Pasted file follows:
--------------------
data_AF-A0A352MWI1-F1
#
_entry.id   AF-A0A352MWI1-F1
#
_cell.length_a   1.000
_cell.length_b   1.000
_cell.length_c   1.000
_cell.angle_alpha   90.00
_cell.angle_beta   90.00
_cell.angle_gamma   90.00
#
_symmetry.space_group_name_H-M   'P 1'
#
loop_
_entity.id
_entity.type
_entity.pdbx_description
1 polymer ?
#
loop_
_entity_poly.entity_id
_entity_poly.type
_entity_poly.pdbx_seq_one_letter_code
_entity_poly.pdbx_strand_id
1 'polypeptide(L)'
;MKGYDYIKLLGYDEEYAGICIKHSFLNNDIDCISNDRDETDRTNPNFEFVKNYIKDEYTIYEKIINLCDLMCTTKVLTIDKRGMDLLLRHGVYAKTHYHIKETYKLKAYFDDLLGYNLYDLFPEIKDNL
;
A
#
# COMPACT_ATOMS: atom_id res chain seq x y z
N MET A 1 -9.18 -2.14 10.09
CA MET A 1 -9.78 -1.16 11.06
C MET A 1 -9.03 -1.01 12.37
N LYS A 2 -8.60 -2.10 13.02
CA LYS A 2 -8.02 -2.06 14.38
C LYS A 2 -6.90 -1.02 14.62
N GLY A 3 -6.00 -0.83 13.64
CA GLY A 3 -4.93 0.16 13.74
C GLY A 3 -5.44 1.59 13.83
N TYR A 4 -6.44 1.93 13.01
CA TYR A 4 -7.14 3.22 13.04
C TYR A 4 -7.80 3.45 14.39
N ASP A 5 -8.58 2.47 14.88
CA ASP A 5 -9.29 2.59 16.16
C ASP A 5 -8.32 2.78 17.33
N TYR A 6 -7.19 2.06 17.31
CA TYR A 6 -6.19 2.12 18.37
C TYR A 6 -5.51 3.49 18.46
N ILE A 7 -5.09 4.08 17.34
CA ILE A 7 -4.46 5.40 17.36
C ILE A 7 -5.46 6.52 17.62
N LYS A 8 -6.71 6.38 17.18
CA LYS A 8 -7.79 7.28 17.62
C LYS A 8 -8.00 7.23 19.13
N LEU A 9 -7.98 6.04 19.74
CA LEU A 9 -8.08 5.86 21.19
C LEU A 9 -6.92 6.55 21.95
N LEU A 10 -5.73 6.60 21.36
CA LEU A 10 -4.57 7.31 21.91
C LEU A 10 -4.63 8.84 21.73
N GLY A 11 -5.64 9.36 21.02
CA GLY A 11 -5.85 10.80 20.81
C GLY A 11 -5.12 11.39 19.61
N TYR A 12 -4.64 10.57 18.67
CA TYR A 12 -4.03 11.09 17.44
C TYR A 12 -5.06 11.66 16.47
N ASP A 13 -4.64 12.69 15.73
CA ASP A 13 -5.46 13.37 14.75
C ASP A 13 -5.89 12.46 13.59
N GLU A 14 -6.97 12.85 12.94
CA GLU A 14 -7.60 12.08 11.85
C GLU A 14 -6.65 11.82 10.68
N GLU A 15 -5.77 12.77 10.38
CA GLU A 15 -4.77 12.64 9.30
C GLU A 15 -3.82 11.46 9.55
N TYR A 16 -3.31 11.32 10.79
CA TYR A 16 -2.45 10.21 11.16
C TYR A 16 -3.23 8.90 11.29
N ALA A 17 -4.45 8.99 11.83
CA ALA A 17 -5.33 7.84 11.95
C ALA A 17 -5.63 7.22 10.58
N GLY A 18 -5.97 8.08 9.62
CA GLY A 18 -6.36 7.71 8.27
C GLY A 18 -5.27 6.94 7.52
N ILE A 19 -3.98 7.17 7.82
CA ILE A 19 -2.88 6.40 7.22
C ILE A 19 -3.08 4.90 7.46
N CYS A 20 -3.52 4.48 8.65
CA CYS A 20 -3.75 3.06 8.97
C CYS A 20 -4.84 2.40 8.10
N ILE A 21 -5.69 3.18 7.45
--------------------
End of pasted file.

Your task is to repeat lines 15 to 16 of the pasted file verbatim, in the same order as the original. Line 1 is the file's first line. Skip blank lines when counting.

_entity.id
_entity.type